The most distant galaxies known are at z ∼ 10 − 11, observed 400 − 500 Myr after the Big Bang. The few z ∼ 10−11 candidates discovered to date have been exceptionally small– barely resolved, if at all, by the Hubble Space Telescope. Here we present the discovery of SPT0615-JD, a fortuitous z ∼ 10 (zphot=9.9 ± 0.6) galaxy candidate stretched into an arc over ∼ 2.5" by the effects of strong gravitational lensing. Discovered in the Reionization Lensing Cluster Survey (RELICS) Hubble Treasury program and companion S-RELICS Spitzer program, this candidate has a lensed H-band magnitude of 25.7±0.1 AB mag. With a magnification of µ ∼ 4−7 estimated from our lens models, the de-lensed intrinsic magnitude is 27.6 ± 0.3 AB mag, and the half-light radius is re ≺ 0.8 kpc, both consistent with other z ≻ 9 candidates. The inferred stellar mass (log[M★/M☉] = 9.7+0−0..75) and star formation rate (log[SFR/M☉ yr−1] = 1.3+0.2−0.3) indicate that this candidate is a typical star-forming galaxy on the z ≻ 6 SFR–M? relation. We note that three independent lens models predict two counterimages, at least one of which should be of a similar magnitude to the arc, but these counterimages are not yet detected. Counterimages would not be expected if the arc were at lower redshift. However, the only spectral energy distributions capable of fitting the Hubble and Spitzer photometry well at lower redshifts require unphysical combinations of z ∼ 2 galaxy properties. The unprecedented lensed size of this z ∼ 10 candidate offers the potential for the James Webb Space Telescope to study the geometric and kinematic properties of a galaxy observed 500 Myr after the Big Bang.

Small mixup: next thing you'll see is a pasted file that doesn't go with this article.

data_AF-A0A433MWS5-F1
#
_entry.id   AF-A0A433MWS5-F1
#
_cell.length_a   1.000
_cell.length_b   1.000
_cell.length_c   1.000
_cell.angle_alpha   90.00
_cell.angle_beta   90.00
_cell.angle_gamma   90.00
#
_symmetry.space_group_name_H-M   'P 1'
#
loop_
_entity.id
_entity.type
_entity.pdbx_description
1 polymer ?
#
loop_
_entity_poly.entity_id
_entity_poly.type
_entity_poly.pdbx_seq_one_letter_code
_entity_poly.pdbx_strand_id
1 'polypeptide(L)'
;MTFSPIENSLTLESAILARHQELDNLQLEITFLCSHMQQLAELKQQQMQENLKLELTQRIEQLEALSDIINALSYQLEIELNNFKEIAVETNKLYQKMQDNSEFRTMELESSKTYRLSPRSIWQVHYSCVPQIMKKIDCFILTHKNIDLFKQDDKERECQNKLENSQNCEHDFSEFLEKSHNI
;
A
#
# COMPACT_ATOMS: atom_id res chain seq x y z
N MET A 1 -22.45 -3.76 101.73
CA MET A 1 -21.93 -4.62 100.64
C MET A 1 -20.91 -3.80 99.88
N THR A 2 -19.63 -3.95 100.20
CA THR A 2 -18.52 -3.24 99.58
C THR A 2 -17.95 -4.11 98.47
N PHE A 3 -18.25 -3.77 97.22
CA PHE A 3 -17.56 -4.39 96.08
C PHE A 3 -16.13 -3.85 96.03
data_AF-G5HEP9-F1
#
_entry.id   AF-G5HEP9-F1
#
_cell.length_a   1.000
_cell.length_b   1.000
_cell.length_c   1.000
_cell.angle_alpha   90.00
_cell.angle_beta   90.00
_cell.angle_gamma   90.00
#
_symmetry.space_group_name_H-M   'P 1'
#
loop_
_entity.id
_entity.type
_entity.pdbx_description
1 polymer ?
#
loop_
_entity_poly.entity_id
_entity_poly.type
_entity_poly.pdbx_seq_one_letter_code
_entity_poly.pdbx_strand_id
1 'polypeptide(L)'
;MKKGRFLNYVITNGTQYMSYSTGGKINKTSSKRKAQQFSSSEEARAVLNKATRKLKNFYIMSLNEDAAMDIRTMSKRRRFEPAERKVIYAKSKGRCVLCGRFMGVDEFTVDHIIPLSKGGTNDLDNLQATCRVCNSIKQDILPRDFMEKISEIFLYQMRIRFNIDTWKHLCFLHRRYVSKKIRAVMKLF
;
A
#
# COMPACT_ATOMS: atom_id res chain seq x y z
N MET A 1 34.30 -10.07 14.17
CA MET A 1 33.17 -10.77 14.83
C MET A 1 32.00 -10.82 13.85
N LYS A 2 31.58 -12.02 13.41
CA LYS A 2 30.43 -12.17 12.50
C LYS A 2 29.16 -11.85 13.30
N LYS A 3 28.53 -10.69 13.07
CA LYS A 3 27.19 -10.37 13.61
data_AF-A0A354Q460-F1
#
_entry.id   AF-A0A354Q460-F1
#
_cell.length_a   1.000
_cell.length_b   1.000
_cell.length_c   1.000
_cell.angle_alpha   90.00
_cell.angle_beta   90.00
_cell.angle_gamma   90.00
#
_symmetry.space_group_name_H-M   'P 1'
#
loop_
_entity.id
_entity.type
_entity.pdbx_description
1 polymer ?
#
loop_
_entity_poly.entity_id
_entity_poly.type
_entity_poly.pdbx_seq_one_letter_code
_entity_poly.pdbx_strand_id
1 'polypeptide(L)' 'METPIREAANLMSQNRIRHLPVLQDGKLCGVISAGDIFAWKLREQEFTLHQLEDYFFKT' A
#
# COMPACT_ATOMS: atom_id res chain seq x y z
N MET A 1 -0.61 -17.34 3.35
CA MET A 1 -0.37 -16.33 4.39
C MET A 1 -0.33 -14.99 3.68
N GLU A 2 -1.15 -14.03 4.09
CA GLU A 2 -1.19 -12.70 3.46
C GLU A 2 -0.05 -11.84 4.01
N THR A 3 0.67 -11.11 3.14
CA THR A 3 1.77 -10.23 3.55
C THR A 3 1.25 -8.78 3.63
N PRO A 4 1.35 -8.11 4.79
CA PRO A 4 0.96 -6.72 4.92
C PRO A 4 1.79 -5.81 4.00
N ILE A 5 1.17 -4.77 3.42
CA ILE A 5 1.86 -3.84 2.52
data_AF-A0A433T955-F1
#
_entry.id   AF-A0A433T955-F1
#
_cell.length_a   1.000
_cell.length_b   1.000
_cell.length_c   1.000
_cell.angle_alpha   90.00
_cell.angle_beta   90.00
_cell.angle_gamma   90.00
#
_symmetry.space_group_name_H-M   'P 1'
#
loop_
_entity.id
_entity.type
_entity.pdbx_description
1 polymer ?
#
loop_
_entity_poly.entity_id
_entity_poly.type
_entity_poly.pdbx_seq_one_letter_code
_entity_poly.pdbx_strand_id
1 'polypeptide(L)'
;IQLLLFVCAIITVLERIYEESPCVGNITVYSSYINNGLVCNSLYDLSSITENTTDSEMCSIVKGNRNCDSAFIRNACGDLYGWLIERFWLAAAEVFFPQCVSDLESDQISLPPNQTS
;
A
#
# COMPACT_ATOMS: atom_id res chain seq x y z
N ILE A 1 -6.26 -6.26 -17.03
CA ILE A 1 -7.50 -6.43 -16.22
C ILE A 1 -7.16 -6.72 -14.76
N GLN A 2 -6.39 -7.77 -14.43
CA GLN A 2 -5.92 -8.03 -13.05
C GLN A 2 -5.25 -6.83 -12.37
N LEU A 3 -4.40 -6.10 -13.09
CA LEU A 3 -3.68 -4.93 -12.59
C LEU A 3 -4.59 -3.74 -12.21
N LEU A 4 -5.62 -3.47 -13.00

|Original language||English (US)|
|State||Published - Jan 9 2018|
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